Strengths:

  • Both OEM and aftermarket scan-tools are connected directly to a vehicle via OEM validated interfaces as designed by manufacturers
  • Diagnostic specialists perform functions and interpret results
  • Diagnostic specialists provide guided fault finding to a shop as needed
  • Full documentation and service information recommendations with scan tool results are provided
  • No waiting for transport to dealer/equipped shop or scheduling of a mobile tech’s availability
  • No scan tools for shop to purchase or maintain
  • Sublet invoice is provided
  • No need to recruit hire and train diagnostic specialist to perform services independently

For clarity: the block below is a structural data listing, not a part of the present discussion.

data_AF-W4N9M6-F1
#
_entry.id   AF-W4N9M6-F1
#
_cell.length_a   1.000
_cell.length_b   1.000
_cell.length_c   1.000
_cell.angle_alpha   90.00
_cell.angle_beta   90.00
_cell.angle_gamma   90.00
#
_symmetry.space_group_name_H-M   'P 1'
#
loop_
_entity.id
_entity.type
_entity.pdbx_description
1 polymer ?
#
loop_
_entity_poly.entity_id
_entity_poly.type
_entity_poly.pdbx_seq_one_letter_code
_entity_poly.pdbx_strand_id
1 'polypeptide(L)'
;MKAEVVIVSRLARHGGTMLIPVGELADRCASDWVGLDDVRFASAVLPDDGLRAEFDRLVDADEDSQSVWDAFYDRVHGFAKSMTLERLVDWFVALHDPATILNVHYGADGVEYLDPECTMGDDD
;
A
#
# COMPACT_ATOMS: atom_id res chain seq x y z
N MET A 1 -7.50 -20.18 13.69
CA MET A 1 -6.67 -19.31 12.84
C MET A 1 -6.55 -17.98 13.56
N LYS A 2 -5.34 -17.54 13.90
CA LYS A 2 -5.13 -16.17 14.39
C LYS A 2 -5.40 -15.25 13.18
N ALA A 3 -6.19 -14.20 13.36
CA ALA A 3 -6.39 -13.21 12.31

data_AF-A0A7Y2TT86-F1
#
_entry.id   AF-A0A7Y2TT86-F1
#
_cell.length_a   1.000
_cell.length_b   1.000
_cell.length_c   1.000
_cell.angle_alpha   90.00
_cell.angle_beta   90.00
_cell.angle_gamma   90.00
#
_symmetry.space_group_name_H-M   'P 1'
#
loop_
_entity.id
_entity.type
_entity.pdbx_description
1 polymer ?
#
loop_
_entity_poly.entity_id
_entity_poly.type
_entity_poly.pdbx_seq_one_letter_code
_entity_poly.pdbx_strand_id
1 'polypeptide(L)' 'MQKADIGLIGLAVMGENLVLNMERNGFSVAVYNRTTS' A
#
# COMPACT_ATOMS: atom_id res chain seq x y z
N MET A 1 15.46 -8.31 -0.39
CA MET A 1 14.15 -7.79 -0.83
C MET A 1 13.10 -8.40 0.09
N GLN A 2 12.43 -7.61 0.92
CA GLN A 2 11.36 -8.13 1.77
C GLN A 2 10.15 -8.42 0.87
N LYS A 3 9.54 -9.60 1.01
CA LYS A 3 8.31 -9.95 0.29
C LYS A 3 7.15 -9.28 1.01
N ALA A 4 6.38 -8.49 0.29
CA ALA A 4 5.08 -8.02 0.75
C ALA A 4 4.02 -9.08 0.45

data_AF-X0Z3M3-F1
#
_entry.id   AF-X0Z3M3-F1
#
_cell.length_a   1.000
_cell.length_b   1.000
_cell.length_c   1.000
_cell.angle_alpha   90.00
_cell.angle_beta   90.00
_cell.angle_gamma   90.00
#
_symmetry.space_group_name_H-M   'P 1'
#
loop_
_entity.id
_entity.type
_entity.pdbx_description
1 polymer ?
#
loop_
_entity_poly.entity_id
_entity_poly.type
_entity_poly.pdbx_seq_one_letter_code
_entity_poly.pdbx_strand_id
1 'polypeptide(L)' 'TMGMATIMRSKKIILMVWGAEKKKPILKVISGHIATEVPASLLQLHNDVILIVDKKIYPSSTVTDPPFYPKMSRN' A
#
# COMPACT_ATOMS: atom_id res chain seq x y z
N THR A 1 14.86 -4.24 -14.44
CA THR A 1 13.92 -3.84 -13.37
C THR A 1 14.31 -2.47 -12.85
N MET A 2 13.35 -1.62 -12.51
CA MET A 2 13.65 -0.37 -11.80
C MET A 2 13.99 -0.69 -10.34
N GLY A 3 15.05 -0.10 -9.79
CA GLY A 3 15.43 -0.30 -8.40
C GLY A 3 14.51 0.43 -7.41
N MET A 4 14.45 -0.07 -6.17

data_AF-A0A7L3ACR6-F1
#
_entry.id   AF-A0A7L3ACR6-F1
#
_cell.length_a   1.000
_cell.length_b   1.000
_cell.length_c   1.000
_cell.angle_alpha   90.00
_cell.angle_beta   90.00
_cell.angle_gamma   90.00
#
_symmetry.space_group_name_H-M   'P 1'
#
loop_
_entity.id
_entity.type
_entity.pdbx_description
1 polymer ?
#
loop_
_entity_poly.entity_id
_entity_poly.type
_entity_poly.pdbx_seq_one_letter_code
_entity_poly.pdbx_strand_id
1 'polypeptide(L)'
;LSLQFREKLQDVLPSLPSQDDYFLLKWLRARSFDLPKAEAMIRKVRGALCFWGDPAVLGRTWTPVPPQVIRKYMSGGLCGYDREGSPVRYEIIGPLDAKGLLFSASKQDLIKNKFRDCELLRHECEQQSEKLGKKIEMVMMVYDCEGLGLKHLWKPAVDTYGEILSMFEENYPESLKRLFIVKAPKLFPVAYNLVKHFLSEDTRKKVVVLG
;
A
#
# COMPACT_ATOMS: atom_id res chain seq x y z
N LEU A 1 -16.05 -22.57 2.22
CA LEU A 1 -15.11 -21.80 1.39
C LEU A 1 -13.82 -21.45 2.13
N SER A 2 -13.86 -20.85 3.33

• Scan tool continues to operate as designed if internet signal temporarily lost

 

Weaknesses:

  • Requires some shop personnel participation
  • Requires Solid Wi-Fi Internet signal for operation
  • Some procedures may require additional on car testing shop may not equipped for
  • Shop needs additional support equipment for some calibrations
  • Security function requirements cannot be applied (subject to change)
  • Some calibrations or module programming may require sublet to dealer
  • Some issues can be missed if shop personnel do not inform remote diagnostic specialists of vehicle conditions or symptoms

 

Chuck Olsen

Executive Director of Operations

AirPro Diagnostics LLC.